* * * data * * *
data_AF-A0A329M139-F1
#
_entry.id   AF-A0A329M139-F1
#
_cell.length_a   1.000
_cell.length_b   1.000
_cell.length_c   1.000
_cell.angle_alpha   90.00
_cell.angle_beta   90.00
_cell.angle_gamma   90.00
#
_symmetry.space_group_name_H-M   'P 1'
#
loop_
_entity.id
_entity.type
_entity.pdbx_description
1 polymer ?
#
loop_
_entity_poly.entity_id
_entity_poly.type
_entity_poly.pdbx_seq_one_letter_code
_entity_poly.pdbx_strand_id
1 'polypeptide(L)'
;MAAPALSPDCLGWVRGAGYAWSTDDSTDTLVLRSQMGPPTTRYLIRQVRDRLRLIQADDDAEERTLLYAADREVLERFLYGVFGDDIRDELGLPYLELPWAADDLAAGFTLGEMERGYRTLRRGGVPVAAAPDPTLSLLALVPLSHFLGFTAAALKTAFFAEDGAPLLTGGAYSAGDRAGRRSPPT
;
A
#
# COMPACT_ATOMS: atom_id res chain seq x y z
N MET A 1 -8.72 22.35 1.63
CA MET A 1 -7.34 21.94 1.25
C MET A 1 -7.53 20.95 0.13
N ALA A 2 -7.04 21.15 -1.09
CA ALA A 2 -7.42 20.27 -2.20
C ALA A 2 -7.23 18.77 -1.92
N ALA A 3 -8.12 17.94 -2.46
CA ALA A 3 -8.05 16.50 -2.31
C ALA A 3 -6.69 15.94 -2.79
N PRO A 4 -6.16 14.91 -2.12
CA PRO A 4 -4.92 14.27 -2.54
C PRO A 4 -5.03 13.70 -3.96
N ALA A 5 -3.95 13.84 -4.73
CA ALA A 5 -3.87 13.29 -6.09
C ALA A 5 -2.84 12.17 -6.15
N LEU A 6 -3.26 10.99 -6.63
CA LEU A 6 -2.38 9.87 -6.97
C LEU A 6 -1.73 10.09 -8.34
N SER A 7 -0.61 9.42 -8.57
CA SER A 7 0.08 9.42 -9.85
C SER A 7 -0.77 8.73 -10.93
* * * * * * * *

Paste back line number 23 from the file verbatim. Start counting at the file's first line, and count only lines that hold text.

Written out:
_entity_poly.pdbx_seq_one_letter_code